The hate fills you with spite
the heart is a barren desert
the mind is a desiccated tree
basked in the heat of hate;
There’s a cat who walks
by himself by the proud tree
and his eyes full of memories
that once beheld the leaves
dancing in the breeze of peace;
He catches in silence at the sight
by the awe of the forlorn fate
that wails into a void of ether
and continues on his wander
into the end of distant rainbows
bridging over the skies yonder.
What seems abnormal may be normal to you. Seeing dead people may not be the most pleasant talent, but if that’s what you are born with, then it’s normal, and you have to live with it through Kubla-Ross’s famous five stages of dying. That happens to Jamie in his narrative of the coming-of-age proclamation of his identity in this story.
Dead people are like quiet people lurking in the background of Jamie’s life. They appear to him as the last moments of their earthly lives, talking and joking to Jamie, who can see and hear them, albeit rather unreluctantly, because he’s not much pleased with his uncanny ability. But then it’s the discerning talent -says the Bible – that helps him know who he is, like an epiphany of a family secret locked in his uncle’s lost memories, thanks to nature’s force of dementia. However, this story is not so much a psychological thriller as a supernatural drama that is so characteristic of Stephen King’s novels, with a level of uncanniness combined with realism that makes his stories all the more real and relatable. The settings, the dialogues, and the jobs the characters have are not far-fetched, fanciful, or bourgeoisie, all of which attest to King’s engagingly realistic storytelling skills.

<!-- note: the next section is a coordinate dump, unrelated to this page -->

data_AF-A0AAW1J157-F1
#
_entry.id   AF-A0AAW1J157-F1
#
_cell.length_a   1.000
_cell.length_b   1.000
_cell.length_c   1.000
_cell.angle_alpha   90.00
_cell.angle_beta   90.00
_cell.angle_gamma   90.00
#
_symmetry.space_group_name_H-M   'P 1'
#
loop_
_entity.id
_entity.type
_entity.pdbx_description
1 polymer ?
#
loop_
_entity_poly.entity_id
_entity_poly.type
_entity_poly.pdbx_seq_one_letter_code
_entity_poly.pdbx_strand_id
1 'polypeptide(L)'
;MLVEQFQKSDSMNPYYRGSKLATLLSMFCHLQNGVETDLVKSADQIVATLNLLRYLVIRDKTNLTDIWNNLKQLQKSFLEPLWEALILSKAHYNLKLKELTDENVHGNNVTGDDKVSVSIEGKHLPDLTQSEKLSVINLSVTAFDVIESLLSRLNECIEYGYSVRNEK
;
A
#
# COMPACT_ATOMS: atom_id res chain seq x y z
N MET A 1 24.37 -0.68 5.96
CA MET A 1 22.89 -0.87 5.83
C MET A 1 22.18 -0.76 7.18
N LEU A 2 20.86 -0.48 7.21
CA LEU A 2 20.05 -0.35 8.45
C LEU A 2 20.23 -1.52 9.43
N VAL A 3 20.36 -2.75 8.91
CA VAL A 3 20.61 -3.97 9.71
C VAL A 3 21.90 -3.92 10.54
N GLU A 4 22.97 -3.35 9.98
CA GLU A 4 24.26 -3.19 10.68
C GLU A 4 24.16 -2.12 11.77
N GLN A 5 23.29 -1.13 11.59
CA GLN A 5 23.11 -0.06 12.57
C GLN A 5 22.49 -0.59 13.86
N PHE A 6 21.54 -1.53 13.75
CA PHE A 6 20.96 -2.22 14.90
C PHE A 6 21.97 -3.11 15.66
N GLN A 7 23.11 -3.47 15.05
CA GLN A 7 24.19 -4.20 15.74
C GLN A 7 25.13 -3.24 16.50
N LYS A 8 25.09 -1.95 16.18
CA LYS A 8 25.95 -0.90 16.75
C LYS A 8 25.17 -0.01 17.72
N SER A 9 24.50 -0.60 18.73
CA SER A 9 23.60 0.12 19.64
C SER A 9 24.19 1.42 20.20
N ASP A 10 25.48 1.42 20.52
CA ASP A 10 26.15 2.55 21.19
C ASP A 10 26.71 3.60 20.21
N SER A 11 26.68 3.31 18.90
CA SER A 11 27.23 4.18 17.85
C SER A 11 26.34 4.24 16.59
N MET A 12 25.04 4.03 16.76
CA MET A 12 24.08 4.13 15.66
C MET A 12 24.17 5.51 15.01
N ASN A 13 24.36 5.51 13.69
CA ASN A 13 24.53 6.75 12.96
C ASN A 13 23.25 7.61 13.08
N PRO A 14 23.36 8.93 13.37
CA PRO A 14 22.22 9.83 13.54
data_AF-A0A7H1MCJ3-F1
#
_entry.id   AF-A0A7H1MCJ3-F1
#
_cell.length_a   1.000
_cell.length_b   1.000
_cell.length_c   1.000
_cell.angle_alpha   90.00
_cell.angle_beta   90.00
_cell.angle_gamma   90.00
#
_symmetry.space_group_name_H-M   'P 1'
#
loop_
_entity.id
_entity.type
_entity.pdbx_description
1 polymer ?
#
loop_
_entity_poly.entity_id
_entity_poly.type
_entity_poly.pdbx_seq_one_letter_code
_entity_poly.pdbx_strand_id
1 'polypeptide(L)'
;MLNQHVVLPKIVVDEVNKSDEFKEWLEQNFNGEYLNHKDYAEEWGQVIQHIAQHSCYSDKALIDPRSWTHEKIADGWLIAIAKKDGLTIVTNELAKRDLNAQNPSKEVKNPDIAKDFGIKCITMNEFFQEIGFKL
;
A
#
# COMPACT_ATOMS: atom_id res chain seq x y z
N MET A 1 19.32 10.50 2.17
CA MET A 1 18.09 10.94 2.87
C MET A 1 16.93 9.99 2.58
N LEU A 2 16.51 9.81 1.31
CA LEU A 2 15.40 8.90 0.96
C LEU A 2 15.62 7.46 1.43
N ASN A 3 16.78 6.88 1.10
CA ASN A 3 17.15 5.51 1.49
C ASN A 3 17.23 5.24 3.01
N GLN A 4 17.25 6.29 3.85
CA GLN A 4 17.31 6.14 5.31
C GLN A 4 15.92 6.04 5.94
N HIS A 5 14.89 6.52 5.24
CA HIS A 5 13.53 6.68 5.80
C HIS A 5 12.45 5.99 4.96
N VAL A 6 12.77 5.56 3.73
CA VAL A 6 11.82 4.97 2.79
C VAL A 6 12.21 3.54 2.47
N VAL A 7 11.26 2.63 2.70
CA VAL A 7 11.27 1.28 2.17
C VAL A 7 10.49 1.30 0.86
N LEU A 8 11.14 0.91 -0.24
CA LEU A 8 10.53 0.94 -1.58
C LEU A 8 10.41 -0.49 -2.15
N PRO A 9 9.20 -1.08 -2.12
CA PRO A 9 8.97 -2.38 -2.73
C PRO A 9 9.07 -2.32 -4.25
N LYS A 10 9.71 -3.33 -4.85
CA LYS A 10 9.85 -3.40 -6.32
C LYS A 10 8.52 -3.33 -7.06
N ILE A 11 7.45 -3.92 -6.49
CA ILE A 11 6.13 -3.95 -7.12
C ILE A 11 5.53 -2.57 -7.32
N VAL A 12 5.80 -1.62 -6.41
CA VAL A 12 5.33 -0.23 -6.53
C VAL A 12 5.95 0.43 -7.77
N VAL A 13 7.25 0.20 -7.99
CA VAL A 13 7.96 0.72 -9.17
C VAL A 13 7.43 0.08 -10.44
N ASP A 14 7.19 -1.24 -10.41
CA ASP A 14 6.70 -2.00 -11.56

Later is a three-fold story of horror without goriness, mystery without glamour, and bildungsroman without teenage angst. King has a unique knack for incorporating popular entertainment with serious literature that attracts readers of all generations and classes. He is a literary descendant of Nathaniel Hawthorne, Washington Irving, and Edgar Allen Poe, who defined American literature in the constellation of the World’s Literature for the joy of the beholders from generation to generation. All in all, this book will be one of the stars in the constellation.
Idol, Burning by Rin Usami
My rating: 4 of 5 stars
We are such starstuff made of fire, spirit, and dew that we are instantly drawn to stars that sparkle and shine. And what do we call the beautiful star (and young, of course) that sings, dances, and acts even? If we call it a singer, it is also an idol. Akari calls it Masaki, puts him in the constellation of super idols and worships him like an Apollo to whom she gives meaning to her life as if he were her lighthouse on the dark ocean. He is her God, the Idol, and the Guiding Light of her lonely life. Then what?
Masaki is a member of a boy band called Mama Maza, which feeds on the cult devotion reminiscent of Dionysus accompanying the Maenads sans frenzied ritual of animal-human ripping of fleshes. Akari is something of the high priestess of the cult, running fan blogs filled with tributes to the exalted, glorified awesomeness of her Idol. Her life is centered on, evolved around the solar system of Masaki, and everything she is about, all the things she does about, is because of him. So imagine what is it like when her God becomes mortal full of human frailty, fallen from the constellation of the stars? An emotional vacuum is soon filled in her heart, leaving her lost in the direction of life, wandering about, wondering about the sense of purpose in life ahead. Her sense of void in life with the declination of Masaki from stardom illustrates the existential dilemma that struggles to find a new objective in her life in which the meaning of life depends on achieving the goals in daily tasks, which were to follow any updates on her figure of love, the source of her life energy.
Of course, the love of one’s favorite entertainer is not to be criticized. Beatlemania was not a hysterical totalitarianism but a collective popularism that entrained the ears and minds of people. The gist of this book echoes what Marcel Proust advised: “Never meet the people you admire. You’ll be disappointed.” There’s a reason for it.
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